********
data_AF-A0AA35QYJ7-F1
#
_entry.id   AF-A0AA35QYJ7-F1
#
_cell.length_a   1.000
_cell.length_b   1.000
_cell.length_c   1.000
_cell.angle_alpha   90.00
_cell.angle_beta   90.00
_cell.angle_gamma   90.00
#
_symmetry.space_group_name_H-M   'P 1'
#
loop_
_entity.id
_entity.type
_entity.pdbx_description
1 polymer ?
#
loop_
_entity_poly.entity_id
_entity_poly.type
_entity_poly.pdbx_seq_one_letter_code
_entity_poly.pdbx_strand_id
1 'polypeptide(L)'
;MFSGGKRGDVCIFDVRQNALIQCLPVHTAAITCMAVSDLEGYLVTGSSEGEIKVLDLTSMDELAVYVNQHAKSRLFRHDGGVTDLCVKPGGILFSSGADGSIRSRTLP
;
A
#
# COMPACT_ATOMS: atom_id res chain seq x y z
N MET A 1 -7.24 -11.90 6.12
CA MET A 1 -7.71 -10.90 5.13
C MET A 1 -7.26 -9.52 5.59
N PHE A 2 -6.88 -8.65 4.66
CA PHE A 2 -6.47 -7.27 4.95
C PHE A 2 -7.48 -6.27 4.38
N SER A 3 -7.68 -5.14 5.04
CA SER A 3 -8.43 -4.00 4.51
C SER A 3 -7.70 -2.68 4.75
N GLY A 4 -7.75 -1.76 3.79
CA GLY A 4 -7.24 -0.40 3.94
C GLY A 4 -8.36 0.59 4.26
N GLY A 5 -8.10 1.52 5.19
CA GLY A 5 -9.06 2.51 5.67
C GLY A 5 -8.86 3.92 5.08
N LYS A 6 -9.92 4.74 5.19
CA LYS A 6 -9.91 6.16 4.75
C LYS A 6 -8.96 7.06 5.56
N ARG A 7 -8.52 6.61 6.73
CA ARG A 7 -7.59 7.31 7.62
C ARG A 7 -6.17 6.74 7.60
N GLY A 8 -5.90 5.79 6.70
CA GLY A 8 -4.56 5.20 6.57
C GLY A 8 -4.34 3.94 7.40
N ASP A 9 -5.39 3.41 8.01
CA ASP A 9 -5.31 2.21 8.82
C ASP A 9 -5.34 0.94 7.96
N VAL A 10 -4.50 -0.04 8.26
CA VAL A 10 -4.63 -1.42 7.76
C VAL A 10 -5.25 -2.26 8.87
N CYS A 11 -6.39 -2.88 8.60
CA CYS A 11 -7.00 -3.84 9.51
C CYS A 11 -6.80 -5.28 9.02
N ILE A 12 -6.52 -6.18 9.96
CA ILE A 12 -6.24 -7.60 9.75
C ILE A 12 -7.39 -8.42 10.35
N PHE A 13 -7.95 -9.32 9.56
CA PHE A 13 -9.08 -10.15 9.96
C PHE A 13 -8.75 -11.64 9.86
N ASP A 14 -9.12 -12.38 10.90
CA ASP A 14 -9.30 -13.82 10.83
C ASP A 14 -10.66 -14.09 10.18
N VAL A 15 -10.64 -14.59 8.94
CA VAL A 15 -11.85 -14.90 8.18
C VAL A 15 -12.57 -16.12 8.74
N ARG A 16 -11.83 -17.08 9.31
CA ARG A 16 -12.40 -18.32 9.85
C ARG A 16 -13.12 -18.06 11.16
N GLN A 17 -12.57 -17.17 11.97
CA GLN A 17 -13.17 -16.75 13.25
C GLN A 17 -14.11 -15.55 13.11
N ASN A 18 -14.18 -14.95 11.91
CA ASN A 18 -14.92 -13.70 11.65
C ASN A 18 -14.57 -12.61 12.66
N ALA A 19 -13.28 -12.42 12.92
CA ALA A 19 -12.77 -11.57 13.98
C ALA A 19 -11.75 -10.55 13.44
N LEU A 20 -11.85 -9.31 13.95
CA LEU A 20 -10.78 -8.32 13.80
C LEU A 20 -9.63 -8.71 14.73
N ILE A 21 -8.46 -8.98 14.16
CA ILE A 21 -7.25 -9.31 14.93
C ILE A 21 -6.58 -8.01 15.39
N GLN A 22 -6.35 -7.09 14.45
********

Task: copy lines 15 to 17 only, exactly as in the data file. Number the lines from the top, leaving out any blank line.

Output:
_entity.id
_entity.type
_entity.pdbx_description